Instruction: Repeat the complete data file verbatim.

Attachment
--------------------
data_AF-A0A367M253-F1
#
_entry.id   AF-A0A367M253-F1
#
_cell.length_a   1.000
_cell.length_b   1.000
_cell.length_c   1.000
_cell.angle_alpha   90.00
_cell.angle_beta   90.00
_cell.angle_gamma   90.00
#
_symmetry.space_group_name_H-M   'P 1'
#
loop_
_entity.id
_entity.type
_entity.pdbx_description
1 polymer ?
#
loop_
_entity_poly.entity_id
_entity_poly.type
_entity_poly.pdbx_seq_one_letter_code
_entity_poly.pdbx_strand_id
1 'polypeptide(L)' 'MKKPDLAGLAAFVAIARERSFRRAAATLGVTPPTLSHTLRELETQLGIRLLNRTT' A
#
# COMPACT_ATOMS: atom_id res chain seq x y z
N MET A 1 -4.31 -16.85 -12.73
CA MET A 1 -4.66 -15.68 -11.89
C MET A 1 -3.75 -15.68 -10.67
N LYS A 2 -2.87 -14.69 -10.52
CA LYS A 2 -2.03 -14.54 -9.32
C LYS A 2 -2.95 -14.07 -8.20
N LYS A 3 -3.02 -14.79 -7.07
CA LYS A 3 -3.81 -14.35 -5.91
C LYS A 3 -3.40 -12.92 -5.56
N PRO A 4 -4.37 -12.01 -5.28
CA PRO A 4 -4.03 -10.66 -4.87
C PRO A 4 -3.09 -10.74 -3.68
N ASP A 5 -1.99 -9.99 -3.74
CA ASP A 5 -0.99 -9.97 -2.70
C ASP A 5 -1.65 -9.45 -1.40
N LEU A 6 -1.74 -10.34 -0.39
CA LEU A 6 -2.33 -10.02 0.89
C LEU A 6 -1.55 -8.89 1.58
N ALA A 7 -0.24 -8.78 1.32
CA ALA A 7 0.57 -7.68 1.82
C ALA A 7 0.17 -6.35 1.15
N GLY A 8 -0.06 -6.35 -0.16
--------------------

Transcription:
data_AF-A0A367M253-F1
#
_entry.id   AF-A0A367M253-F1
#
_cell.length_a   1.000
_cell.length_b   1.000
_cell.length_c   1.000
_cell.angle_alpha   90.00
_cell.angle_beta   90.00
_cell.angle_gamma   90.00
#
_symmetry.space_group_name_H-M   'P 1'
#
loop_
_entity.id
_entity.type
_entity.pdbx_description
1 polymer ?
#
loop_
_entity_poly.entity_id
_entity_poly.type
_entity_poly.pdbx_seq_one_letter_code
_entity_poly.pdbx_strand_id
1 'polypeptide(L)' 'MKKPDLAGLAAFVAIARERSFRRAAATLGVTPPTLSHTLRELETQLGIRLLNRTT' A
#
# COMPACT_ATOMS: atom_id res chain seq x y z
N MET A 1 -4.31 -16.85 -12.73
CA MET A 1 -4.66 -15.68 -11.89
C MET A 1 -3.75 -15.68 -10.67
N LYS A 2 -2.87 -14.69 -10.52
CA LYS A 2 -2.03 -14.54 -9.32
C LYS A 2 -2.95 -14.07 -8.20
N LYS A 3 -3.02 -14.79 -7.07
CA LYS A 3 -3.81 -14.35 -5.91
C LYS A 3 -3.40 -12.92 -5.56
N PRO A 4 -4.37 -12.01 -5.28
CA PRO A 4 -4.03 -10.66 -4.87
C PRO A 4 -3.09 -10.74 -3.68
N ASP A 5 -1.99 -9.99 -3.74
CA ASP A 5 -0.99 -9.97 -2.70
C ASP A 5 -1.65 -9.45 -1.40
N LEU A 6 -1.74 -10.34 -0.39
CA LEU A 6 -2.33 -10.02 0.89
C LEU A 6 -1.55 -8.89 1.58
N ALA A 7 -0.24 -8.78 1.32
CA ALA A 7 0.57 -7.68 1.82
C ALA A 7 0.17 -6.35 1.15
N GLY A 8 -0.06 -6.35 -0.16